In Florida, parties to civil cases may make an “offer of judgment”, which is a proposed settlement after the law suit has been filed. When the defendant in a case files the offer of judgment, and the plaintiff fails to accept it within 30 days, then the defendant may recover attorney’s fees if the case ultimately results in a judgment that is less than 75% of the offer of judgment that was declined. Florida Rules of Civil Procedure requires that conditions and nonmonetary terms must be stated with particularity.
Where does the offer of judgment rule come from?
The offer of judgment was created by Florida Statute and is intended to provide an avenue for out of court settlement in civil cases. The statute aims to encourage reasonable settlement offers by penalizing parties who unreasonably reject offers and cause cases to go to trial. Under Florida Statutes, offers must be unambiguous and clearly stated in a way that it is sufficiently clear enough to allow the opposing party to make an informed decision without seeking clarification. The Fifth District Court of Appeals in Florida grappled with the issue of whether or not these criteria were met in the case of Mathis v. Cook.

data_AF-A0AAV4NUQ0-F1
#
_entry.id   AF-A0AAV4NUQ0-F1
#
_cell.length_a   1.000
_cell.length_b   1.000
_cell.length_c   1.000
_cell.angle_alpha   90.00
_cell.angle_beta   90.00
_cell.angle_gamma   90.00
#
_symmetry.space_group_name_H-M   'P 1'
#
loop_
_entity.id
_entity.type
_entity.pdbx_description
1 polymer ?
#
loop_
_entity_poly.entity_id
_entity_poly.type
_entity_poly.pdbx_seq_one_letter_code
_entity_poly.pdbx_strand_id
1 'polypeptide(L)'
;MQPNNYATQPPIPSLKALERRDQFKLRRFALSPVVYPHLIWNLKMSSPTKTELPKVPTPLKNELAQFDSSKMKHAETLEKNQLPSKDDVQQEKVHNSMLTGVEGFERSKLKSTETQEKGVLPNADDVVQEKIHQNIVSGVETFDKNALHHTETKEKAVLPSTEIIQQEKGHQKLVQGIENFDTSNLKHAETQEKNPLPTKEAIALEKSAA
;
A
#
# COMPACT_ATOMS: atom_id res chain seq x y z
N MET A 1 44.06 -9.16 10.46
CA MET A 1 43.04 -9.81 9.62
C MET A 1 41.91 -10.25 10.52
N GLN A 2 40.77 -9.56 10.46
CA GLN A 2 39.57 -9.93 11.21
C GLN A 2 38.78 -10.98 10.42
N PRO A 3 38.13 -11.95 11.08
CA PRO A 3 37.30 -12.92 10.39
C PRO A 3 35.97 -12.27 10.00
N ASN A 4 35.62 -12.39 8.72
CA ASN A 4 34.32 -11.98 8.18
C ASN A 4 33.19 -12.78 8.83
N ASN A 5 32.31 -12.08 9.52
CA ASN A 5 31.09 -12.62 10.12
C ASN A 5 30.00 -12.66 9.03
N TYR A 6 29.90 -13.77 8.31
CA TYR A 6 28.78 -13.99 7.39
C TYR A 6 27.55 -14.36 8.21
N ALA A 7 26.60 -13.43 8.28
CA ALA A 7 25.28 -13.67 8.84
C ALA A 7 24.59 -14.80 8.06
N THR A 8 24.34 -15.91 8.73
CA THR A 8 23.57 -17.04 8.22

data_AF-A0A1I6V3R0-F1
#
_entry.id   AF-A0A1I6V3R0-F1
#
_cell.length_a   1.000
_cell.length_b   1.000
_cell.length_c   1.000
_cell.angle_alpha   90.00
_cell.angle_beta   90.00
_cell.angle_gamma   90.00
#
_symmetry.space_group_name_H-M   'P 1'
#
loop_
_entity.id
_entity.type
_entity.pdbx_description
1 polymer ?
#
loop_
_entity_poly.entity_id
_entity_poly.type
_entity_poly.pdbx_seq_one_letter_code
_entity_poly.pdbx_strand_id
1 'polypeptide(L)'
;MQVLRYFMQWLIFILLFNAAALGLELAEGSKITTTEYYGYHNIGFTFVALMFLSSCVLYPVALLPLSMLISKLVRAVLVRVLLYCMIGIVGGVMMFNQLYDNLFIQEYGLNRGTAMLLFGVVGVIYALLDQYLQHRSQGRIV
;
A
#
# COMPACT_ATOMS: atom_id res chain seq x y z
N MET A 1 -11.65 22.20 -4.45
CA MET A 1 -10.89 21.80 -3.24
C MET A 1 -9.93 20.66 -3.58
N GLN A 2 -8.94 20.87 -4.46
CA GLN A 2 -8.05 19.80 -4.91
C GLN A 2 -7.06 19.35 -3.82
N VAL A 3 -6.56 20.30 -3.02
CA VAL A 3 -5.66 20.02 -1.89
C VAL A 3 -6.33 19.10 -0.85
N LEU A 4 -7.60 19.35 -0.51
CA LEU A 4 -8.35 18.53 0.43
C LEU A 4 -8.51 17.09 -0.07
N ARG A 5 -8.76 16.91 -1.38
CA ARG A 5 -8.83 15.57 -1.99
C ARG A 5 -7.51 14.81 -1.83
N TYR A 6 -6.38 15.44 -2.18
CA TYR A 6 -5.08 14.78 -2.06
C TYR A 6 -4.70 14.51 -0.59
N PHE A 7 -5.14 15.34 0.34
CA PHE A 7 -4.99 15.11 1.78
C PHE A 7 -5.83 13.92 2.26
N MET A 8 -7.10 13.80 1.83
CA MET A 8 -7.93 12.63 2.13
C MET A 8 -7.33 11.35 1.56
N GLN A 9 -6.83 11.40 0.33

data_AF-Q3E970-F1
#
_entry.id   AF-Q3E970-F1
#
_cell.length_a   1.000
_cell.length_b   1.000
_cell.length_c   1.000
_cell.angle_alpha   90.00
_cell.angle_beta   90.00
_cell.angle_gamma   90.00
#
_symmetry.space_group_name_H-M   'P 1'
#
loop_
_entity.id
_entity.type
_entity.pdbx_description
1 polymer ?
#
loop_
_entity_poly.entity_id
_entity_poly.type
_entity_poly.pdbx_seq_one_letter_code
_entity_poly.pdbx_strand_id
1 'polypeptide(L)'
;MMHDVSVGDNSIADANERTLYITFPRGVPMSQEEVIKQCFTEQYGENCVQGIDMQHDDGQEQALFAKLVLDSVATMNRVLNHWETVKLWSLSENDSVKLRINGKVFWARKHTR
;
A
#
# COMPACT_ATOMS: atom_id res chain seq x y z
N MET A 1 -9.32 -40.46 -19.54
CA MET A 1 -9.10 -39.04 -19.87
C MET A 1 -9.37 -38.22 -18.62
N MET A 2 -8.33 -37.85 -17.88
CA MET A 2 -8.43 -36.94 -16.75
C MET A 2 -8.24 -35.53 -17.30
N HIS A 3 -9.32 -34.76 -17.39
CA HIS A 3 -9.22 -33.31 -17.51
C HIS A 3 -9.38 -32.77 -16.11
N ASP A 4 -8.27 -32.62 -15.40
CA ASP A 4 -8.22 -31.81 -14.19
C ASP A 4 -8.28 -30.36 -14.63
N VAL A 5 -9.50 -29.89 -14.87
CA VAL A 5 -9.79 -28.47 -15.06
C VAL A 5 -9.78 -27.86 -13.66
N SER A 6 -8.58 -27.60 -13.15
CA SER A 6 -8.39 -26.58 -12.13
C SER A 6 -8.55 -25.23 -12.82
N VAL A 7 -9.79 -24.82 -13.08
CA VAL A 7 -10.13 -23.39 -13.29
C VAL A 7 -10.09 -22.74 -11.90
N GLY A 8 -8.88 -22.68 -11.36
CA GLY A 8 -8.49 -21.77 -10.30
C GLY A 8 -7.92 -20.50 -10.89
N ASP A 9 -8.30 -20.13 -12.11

Appellate Interpretation of the law
In Mathis v. Cook, the trial court found for the defendants in a case where a woman slipped on floor cleaner and sustained injuries in a drug store. In response to be sued, the husband-owner of the drug store filed an offer of judgment that would release himself, his wife, and the cleaning company as the three defendants in the case. The plaintiff failed to accept the offer and the jury found the husband and wife were not negligent. The husband filed a motion for attorney’s fees and the trial court denied his motion finding that his proposed offer of judgement was ambiguous. The Husband appealed the trial court’s decision.
On appeal, the Fifth District found that the releases contained in the order that was submitted by the husband were sufficiently clear enough to allow the plaintiff to make an informed decision without seeking clarification. The court held that the proposals provided by the order met the required criteria under Florida Statues and were thus enforceable. The Fifth District ultimately reversed the trial courts denial of the husband’s motion for attorney fees and remanded the decision.
Having an Experienced Attorney in Florida makes all the Difference when Dealing with Offers of Judgment
The case of Mathis v. Cook illustrates the importance of hiring an experienced personal injury attorney when offers of judgment are involved. The right attorney can help their client in determining the reasonableness of a settlement offer and whether it meets the criteria that is required by Florida Statues. When seeking representation in any legal matter, it is important to seek an experienced attorney that is willing to take the time to guide inform you of all of the important decisions in your case. Hiring an attorney that has experience dealing with offers of judgment can be instrumental in making sure that you receive the judgment that you deserve.